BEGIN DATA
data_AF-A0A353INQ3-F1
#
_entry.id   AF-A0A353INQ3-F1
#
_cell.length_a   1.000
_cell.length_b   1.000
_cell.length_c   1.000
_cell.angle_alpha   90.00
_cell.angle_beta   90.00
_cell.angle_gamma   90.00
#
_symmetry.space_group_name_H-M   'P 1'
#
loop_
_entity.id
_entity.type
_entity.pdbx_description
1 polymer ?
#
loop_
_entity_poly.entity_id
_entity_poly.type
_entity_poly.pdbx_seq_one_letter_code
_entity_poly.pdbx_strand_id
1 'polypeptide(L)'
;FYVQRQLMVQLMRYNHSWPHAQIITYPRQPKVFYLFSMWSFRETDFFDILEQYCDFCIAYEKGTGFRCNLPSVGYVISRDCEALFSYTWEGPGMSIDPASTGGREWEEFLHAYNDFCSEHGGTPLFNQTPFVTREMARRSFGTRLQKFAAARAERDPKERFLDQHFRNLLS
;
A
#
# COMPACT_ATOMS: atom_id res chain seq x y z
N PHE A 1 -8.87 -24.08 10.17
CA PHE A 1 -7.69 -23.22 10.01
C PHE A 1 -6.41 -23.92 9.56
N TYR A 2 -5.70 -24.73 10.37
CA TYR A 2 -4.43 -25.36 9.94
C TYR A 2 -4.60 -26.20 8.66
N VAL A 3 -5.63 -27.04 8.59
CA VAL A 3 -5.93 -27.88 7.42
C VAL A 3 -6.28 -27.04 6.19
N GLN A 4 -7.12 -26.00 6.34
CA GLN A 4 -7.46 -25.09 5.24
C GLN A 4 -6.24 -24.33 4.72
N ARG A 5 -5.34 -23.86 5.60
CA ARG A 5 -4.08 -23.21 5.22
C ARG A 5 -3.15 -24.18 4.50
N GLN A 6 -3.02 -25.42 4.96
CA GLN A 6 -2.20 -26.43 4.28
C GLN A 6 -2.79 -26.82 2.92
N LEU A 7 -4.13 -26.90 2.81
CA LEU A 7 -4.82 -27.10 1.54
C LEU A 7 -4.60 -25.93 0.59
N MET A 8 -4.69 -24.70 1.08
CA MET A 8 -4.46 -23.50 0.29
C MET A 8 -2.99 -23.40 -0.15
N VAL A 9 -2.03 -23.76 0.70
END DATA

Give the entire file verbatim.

data_AF-A0A353INQ3-F1
#
_entry.id   AF-A0A353INQ3-F1
#
_cell.length_a   1.000
_cell.length_b   1.000
_cell.length_c   1.000
_cell.angle_alpha   90.00
_cell.angle_beta   90.00
_cell.angle_gamma   90.00
#
_symmetry.space_group_name_H-M   'P 1'
#
loop_
_entity.id
_entity.type
_entity.pdbx_description
1 polymer ?
#
loop_
_entity_poly.entity_id
_entity_poly.type
_entity_poly.pdbx_seq_one_letter_code
_entity_poly.pdbx_strand_id
1 'polypeptide(L)'
;FYVQRQLMVQLMRYNHSWPHAQIITYPRQPKVFYLFSMWSFRETDFFDILEQYCDFCIAYEKGTGFRCNLPSVGYVISRDCEALFSYTWEGPGMSIDPASTGGREWEEFLHAYNDFCSEHGGTPLFNQTPFVTREMARRSFGTRLQKFAAARAERDPKERFLDQHFRNLLS
;
A
#
# COMPACT_ATOMS: atom_id res chain seq x y z
N PHE A 1 -8.87 -24.08 10.17
CA PHE A 1 -7.69 -23.22 10.01
C PHE A 1 -6.41 -23.92 9.56
N TYR A 2 -5.70 -24.73 10.37
CA TYR A 2 -4.43 -25.36 9.94
C TYR A 2 -4.60 -26.20 8.66
N VAL A 3 -5.63 -27.04 8.59
CA VAL A 3 -5.93 -27.88 7.42
C VAL A 3 -6.28 -27.04 6.19
N GLN A 4 -7.12 -26.00 6.34
CA GLN A 4 -7.46 -25.09 5.24
C GLN A 4 -6.24 -24.33 4.72
N ARG A 5 -5.34 -23.86 5.60
CA ARG A 5 -4.08 -23.21 5.22
C ARG A 5 -3.15 -24.18 4.50
N GLN A 6 -3.02 -25.42 4.96
CA GLN A 6 -2.20 -26.43 4.28
C GLN A 6 -2.79 -26.82 2.92
N LEU A 7 -4.13 -26.90 2.81
CA LEU A 7 -4.82 -27.10 1.54
C LEU A 7 -4.60 -25.93 0.59
N MET A 8 -4.69 -24.70 1.08
CA MET A 8 -4.46 -23.50 0.29
C MET A 8 -2.99 -23.40 -0.15
N VAL A 9 -2.03 -23.76 0.70